“I think they’re wonderful,” said the girl.
Roald saw the spaceman go rigid with the effort not to turn and stare at her. He loved her and he was jealous.
Roald told the story of the dolphins and said: “The price that the architect thought was too high was three hundred and sixty dollars.”
Malone grunted. “Doesn’t seem unreasonable—if you set a high store on inspiration.”
“I don’t know about inspiration,” the artist said evenly. “But I was awake for two days and two nights shoveling coal and adjusting drafts to fire that thing in my kiln.”
The spaceman looked contemptuous. “I’ll take it,” he said. “Be something to talk about during those awkward pauses. Tell me, Hal-vorsen, how’s Lucy’s work? Do you think she ought to stick with it?”
“Austin,” objected the girl, “don’t be so blunt. How can he possibly know after one day?”
“She can’t draw yet,” the artist said cautiously. “It’s ah1 coordination, you know—thousands of hours of practice, training your eye and hand to work together until you can put a line on paper where you want it. Lucy, if you’re really interested in it, you’ll learn to draw well. I don’t think any of the other students will. They’re in it because of boredom or snobbery, and they’ll stop before they have their eye-hand coordination.”
“I am interested,” she said firmly.
Malone’s determined restraint’broke. “Damned right you are. In—” He recovered himself and demanded of Halvorsen: “I understand your point about coordination. But thousands of hours when you can buy a camera? It’s absurd.”
“I was talking about drawing, not art,” replied Halvorsen. “Drawing is putting a line on paper where you want it, I said.” He took a deep breath and hoped the great distinction wouldn’t sound ludicrous and trivial. “So let’s say that art is knowing how to put the line in the right place.”
“Be practical. There isn’t any art. Not any more. I get around quite a bit and I never see anything but photos and S.P.G.s. A few heirlooms, yes, but nobody’s painting or carving any more.”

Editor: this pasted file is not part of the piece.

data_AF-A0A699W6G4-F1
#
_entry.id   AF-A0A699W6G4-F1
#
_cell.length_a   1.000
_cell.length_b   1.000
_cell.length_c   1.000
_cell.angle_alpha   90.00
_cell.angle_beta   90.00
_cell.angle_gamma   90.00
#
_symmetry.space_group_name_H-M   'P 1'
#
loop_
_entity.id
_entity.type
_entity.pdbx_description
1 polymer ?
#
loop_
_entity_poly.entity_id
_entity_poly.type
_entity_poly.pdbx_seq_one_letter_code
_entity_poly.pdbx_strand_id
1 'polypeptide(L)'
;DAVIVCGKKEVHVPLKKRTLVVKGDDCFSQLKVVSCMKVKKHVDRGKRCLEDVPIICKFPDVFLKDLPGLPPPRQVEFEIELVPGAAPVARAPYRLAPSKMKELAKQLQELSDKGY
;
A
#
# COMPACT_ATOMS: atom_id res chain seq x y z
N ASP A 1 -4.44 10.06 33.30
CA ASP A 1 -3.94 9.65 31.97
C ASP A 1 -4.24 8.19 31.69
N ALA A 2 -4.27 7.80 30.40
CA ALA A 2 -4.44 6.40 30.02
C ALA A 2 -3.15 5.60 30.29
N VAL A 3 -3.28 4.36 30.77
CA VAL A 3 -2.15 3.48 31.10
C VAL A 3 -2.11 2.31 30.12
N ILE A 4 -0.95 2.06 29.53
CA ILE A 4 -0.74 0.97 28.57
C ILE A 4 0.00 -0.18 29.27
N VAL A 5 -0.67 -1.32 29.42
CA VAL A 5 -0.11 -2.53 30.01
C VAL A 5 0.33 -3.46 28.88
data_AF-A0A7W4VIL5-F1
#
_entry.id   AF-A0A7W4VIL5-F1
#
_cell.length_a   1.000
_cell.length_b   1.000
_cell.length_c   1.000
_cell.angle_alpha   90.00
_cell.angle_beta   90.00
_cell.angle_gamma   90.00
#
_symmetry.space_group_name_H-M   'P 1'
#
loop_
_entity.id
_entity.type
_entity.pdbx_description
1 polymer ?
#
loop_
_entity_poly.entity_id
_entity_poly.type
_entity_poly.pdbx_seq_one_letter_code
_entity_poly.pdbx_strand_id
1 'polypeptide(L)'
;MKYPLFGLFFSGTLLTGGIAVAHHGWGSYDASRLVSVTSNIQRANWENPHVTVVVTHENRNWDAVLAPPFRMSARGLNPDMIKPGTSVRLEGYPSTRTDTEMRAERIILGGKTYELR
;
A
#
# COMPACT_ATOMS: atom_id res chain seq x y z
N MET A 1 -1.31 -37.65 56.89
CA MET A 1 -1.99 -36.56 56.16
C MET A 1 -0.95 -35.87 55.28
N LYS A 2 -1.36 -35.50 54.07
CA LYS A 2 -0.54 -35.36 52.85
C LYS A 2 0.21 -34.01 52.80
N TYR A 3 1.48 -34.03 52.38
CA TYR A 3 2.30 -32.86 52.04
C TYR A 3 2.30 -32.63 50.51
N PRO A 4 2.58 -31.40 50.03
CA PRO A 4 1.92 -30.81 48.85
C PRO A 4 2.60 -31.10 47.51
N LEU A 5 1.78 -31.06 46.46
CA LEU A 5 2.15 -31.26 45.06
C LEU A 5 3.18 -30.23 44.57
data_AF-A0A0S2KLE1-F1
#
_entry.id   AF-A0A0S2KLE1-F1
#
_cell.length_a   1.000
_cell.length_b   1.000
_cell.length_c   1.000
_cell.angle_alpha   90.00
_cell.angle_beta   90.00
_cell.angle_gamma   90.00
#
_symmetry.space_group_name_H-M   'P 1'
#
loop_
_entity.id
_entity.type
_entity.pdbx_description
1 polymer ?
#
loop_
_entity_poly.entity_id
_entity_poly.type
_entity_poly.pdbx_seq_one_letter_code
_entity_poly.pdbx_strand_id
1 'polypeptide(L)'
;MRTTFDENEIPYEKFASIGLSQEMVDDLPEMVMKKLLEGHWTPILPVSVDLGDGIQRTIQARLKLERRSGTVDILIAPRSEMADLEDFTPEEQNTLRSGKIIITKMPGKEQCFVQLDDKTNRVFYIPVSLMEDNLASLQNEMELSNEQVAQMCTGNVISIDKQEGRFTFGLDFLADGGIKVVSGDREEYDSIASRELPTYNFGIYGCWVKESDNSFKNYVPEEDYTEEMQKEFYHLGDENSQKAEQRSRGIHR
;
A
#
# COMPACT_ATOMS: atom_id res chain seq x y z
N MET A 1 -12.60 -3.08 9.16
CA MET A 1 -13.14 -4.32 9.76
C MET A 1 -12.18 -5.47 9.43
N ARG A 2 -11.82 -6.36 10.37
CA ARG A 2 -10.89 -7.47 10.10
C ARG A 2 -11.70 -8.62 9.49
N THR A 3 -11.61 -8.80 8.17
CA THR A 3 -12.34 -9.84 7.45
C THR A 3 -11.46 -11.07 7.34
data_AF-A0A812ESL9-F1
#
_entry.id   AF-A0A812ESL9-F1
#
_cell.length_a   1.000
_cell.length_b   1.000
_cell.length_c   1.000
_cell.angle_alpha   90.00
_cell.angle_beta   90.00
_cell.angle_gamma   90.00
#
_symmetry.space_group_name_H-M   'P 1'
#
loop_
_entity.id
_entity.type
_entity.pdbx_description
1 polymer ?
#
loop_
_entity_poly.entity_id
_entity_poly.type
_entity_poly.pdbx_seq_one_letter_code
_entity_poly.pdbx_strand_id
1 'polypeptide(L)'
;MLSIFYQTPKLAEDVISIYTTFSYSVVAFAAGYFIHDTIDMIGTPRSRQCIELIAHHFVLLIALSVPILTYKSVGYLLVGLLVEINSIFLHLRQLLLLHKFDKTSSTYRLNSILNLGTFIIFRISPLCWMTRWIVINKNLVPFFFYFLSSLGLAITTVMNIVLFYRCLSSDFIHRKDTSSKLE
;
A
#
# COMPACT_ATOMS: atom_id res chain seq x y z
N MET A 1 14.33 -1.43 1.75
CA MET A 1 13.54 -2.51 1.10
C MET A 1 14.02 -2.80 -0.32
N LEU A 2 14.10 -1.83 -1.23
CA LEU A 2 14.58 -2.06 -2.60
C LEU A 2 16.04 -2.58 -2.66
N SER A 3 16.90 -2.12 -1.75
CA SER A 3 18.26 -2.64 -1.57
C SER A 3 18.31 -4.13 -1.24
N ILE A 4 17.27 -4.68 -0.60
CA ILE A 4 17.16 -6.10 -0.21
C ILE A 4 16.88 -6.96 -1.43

“There’s some art, Malone. My students—a couple of them in the still-life class—are quite good. There are more across the country. Art for occupational therapy, or a hobby, or something to do with the hands. There’s trade in their work. They sell them to each other, they give them to their friends, they hang them on their walls. There are even some sculptors like that. Sculpture is prescribed by doctors. The occupational therapists say it’s even better than drawing and painting, so some of these people work in plasticine and soft stone, and some of them get to be good.”
“Maybe so. I’m an engineer, Halvorsen. We glory in doing things the easy way. Doing things the easy way got me to Mars and Venus and it’s going to get me to Ganymede. You’re doing things the hard way, and your inefficiency has no place in this world. Look at you! You’ve lost a fingertip—some accident, I suppose.”
“I never noticed-” said Lucy, and then let out a faint, “Oh!”
Halvorsen curled the middle finger of his left hand into the palm, where he usually carried it to hide the missing first joint.
“Accidents are a sign of inadequate mastery of material and equipment,” said Malone sententiously. “While you stick to your methods and I stick to mine, you can’t compete with me.”
His tone made it clear that he was talking about more than engineering.
“Shall we go now, Lucy? Here’s my card, Halvorsen. Send those dolphins along and I’ll mail you a check.”
The artist walked the half-dozen blocks to Mr. Krehbeil’s place the next day. He found the old man in the basement shop of his fussy house, hunched over his bench with a powerful light overhead. He was trying to file a saw.
“Mr. Krehbeil!” Halvorsen called over the shriek of metal.
The carpenter turned around and peered with watery eyes. “I can’t see like I used to,” he said querulously. “I go over the same teeth on this damn saw, I skip teeth, I can’t see the light shine off it when I got one set. The glare.” He banged down his three-cornered file petulantly. “Well, what can I do for you?”